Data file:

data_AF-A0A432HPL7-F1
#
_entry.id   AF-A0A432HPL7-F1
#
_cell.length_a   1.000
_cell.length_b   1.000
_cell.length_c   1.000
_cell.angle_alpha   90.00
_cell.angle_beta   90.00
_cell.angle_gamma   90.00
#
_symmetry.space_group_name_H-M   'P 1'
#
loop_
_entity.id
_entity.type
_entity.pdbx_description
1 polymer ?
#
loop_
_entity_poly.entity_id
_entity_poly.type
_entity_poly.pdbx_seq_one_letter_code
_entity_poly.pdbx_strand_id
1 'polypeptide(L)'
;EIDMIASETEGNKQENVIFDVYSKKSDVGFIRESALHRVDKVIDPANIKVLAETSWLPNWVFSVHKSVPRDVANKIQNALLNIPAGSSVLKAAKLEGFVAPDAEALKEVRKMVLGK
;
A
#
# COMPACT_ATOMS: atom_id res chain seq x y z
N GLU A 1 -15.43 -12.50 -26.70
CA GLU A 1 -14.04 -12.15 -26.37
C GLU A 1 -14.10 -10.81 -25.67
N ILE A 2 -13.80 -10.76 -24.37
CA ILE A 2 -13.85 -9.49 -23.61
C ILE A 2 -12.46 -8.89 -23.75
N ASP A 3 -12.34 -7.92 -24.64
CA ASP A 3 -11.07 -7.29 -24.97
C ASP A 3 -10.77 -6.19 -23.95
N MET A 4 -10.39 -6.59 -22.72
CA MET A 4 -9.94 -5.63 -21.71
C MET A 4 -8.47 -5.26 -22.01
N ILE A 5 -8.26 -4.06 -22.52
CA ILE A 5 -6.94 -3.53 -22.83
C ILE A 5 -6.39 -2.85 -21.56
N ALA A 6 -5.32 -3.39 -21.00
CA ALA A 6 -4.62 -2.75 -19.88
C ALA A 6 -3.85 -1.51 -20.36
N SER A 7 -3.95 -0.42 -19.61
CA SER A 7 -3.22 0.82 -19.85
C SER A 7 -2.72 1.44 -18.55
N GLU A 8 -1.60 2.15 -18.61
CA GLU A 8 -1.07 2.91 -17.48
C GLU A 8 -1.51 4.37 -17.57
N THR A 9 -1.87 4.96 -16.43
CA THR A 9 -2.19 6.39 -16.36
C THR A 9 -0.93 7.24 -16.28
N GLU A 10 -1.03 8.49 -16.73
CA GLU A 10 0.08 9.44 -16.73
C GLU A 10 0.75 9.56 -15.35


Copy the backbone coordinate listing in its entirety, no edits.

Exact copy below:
data_AF-A0A432HPL7-F1
#
_entry.id   AF-A0A432HPL7-F1
#
_cell.length_a   1.000
_cell.length_b   1.000
_cell.length_c   1.000
_cell.angle_alpha   90.00
_cell.angle_beta   90.00
_cell.angle_gamma   90.00
#
_symmetry.space_group_name_H-M   'P 1'
#
loop_
_entity.id
_entity.type
_entity.pdbx_description
1 polymer ?
#
loop_
_entity_poly.entity_id
_entity_poly.type
_entity_poly.pdbx_seq_one_letter_code
_entity_poly.pdbx_strand_id
1 'polypeptide(L)'
;EIDMIASETEGNKQENVIFDVYSKKSDVGFIRESALHRVDKVIDPANIKVLAETSWLPNWVFSVHKSVPRDVANKIQNALLNIPAGSSVLKAAKLEGFVAPDAEALKEVRKMVLGK
;
A
#
# COMPACT_ATOMS: atom_id res chain seq x y z
N GLU A 1 -15.43 -12.50 -26.70
CA GLU A 1 -14.04 -12.15 -26.37
C GLU A 1 -14.10 -10.81 -25.67
N ILE A 2 -13.80 -10.76 -24.37
CA ILE A 2 -13.85 -9.49 -23.61
C ILE A 2 -12.46 -8.89 -23.75
N ASP A 3 -12.34 -7.92 -24.64
CA ASP A 3 -11.07 -7.29 -24.97
C ASP A 3 -10.77 -6.19 -23.95
N MET A 4 -10.39 -6.59 -22.72
CA MET A 4 -9.94 -5.63 -21.71
C MET A 4 -8.47 -5.26 -22.01
N ILE A 5 -8.26 -4.06 -22.52
CA ILE A 5 -6.94 -3.53 -22.83
C ILE A 5 -6.39 -2.85 -21.56
N ALA A 6 -5.32 -3.39 -21.00
CA ALA A 6 -4.62 -2.75 -19.88
C ALA A 6 -3.85 -1.51 -20.36
N SER A 7 -3.95 -0.42 -19.61
CA SER A 7 -3.22 0.82 -19.85
C SER A 7 -2.72 1.44 -18.55
N GLU A 8 -1.60 2.15 -18.61
CA GLU A 8 -1.07 2.91 -17.48
C GLU A 8 -1.51 4.37 -17.57
N THR A 9 -1.87 4.96 -16.43
CA THR A 9 -2.19 6.39 -16.36
C THR A 9 -0.93 7.24 -16.28
N GLU A 10 -1.03 8.49 -16.73
CA GLU A 10 0.08 9.44 -16.73
C GLU A 10 0.75 9.56 -15.35